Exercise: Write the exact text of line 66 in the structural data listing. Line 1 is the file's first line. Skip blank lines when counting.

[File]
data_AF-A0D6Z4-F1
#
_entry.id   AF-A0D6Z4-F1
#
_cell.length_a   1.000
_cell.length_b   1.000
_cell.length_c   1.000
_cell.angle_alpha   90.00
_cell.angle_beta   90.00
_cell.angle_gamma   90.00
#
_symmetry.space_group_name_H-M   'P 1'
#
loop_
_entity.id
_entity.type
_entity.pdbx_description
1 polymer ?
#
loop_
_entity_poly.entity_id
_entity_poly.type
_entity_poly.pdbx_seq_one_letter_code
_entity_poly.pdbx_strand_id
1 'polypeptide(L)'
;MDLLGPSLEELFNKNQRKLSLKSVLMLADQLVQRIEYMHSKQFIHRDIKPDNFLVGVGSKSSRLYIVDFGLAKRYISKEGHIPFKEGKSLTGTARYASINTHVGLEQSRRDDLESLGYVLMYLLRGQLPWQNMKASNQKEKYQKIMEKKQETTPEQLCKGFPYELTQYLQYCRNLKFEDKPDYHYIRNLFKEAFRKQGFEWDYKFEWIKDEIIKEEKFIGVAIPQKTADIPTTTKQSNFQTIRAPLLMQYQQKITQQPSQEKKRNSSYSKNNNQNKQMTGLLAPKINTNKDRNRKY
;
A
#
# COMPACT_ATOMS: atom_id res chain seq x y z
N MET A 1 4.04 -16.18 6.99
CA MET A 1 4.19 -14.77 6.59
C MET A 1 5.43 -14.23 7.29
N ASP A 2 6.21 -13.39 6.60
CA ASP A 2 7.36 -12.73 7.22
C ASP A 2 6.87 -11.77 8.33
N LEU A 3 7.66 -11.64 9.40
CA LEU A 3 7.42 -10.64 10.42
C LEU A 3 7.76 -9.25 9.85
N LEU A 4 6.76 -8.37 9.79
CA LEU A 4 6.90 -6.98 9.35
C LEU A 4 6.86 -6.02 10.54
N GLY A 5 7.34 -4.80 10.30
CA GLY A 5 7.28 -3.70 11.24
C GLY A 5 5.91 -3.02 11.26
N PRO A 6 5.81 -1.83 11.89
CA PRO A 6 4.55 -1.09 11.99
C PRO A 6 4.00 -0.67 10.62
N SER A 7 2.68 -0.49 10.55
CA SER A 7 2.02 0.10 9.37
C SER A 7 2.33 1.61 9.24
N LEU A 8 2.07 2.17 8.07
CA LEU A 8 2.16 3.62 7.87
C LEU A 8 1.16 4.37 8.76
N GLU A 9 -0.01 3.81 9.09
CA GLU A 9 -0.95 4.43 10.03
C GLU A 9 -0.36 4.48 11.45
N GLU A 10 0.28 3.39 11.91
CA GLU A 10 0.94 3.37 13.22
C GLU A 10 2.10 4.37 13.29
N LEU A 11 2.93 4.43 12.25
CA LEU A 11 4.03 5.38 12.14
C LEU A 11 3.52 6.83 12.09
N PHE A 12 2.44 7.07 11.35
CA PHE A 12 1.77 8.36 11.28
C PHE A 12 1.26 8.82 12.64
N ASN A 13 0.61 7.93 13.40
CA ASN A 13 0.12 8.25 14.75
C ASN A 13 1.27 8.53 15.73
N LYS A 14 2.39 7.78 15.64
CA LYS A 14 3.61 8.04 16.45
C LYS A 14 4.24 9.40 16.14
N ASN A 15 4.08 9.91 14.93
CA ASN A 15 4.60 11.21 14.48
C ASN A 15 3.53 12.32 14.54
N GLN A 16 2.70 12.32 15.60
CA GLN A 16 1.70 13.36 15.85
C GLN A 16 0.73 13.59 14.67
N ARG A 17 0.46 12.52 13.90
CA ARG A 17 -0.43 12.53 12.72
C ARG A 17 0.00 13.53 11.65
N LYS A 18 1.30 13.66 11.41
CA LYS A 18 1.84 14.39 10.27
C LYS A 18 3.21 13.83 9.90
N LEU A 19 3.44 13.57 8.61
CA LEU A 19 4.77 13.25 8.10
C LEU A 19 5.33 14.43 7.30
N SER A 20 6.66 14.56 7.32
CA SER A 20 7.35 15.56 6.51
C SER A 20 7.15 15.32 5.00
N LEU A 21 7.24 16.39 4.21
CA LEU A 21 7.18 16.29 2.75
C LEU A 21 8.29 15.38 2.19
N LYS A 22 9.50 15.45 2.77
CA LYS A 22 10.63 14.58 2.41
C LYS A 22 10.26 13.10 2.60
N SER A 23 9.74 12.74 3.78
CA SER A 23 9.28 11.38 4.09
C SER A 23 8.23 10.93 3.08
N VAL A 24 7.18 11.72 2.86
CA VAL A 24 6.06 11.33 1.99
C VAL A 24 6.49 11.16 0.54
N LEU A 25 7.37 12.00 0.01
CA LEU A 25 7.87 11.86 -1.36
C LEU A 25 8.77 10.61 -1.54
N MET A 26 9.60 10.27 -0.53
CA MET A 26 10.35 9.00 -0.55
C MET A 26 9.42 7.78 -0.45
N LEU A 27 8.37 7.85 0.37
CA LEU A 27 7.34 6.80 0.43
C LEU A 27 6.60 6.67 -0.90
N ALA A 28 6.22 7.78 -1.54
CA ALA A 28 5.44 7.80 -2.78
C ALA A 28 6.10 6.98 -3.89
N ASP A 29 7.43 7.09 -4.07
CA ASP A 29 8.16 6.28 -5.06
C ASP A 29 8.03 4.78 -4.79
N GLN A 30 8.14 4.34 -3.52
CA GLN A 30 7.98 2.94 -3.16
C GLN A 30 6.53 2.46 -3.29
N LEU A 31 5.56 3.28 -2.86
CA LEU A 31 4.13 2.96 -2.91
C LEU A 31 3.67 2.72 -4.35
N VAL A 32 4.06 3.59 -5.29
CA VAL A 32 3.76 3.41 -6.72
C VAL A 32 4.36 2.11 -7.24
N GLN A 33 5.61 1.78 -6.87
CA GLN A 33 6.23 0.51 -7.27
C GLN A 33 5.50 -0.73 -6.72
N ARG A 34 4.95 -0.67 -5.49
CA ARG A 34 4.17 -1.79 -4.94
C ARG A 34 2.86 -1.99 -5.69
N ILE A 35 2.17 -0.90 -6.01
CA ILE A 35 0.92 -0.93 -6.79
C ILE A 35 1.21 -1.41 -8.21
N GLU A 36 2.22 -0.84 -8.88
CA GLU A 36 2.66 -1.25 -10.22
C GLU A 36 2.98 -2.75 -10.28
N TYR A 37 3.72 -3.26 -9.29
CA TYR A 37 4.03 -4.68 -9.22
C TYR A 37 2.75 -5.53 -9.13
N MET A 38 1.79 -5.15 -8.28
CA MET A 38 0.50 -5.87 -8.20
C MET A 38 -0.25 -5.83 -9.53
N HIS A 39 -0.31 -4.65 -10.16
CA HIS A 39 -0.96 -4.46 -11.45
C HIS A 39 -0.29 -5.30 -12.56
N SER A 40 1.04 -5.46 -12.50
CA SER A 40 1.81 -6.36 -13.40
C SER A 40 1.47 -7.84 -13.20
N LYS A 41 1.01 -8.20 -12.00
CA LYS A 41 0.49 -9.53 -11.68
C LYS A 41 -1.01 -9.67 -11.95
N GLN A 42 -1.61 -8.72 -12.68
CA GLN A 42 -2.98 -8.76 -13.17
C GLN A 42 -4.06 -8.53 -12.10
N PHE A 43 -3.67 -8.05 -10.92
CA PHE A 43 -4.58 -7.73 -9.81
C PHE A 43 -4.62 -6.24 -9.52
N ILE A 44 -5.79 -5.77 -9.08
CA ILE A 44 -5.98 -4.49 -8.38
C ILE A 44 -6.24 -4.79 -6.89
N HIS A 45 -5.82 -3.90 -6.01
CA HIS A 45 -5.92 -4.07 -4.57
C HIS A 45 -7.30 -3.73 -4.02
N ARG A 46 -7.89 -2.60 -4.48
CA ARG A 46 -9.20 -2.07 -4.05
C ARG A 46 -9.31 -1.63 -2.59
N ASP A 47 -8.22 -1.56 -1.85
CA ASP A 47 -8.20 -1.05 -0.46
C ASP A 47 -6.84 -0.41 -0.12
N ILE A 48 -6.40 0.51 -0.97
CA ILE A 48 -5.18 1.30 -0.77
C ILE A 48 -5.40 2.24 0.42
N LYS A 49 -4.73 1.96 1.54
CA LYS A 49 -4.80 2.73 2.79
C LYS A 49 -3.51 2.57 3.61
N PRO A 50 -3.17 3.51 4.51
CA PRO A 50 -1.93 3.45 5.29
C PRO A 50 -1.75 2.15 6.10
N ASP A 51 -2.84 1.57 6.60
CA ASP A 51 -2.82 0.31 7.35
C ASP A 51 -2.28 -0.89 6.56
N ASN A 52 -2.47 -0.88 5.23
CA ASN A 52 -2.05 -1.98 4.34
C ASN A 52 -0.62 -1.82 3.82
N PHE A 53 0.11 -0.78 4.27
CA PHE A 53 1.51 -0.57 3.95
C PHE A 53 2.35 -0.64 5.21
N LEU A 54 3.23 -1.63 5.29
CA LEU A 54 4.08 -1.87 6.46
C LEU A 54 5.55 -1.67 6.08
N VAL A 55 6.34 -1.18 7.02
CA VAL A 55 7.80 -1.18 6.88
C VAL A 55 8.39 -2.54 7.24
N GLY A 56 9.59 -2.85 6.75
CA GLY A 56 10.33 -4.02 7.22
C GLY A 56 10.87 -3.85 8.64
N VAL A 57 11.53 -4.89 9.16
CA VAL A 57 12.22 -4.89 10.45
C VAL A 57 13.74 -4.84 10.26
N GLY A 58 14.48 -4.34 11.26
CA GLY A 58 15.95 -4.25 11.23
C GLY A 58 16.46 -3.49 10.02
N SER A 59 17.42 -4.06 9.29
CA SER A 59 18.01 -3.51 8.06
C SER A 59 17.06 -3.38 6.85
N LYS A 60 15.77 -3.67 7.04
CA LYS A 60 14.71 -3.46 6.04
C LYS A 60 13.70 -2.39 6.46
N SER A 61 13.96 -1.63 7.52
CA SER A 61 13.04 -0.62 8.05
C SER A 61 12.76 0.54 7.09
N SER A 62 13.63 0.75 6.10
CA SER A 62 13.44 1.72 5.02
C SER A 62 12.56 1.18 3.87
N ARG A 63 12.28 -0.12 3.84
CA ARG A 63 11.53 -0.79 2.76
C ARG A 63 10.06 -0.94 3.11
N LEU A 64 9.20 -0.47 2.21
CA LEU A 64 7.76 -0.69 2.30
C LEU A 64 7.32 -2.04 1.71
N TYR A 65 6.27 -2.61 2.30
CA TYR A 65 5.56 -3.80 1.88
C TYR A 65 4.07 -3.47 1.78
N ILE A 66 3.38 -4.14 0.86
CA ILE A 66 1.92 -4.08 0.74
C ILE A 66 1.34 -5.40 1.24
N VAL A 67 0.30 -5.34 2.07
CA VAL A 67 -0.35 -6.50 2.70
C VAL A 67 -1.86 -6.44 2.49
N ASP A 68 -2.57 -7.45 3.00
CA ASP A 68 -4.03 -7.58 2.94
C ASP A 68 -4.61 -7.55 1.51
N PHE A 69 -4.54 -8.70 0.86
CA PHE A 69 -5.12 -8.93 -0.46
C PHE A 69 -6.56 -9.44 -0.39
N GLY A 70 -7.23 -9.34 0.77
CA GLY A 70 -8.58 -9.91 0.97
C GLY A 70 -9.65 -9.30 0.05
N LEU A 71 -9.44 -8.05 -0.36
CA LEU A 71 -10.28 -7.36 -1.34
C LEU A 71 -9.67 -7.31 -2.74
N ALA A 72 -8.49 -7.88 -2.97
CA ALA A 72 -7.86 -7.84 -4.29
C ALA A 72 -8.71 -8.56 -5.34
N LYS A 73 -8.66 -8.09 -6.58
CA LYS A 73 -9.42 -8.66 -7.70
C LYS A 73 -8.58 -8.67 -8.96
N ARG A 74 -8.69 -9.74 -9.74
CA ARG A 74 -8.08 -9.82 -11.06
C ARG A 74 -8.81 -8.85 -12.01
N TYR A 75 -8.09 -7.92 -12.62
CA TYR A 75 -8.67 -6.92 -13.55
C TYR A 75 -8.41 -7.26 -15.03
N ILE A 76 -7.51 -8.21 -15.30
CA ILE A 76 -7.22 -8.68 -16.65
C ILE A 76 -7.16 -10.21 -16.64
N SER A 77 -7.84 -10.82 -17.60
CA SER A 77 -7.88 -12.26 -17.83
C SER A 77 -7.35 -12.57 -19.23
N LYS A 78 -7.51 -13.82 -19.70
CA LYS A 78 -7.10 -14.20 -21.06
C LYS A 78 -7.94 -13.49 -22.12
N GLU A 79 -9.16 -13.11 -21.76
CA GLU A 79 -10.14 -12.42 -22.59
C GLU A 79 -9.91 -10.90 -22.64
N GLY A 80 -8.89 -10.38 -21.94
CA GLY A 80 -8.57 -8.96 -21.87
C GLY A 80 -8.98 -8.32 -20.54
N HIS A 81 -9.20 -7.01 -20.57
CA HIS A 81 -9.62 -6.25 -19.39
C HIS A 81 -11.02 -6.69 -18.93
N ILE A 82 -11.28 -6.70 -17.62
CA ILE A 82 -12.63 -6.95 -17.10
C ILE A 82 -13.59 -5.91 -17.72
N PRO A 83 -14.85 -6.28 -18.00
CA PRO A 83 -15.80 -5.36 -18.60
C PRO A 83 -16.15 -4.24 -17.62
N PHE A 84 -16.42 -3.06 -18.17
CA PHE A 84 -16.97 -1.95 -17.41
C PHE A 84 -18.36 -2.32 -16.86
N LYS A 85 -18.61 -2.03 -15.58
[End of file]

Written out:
C PHE A 12 1.26 8.82 12.64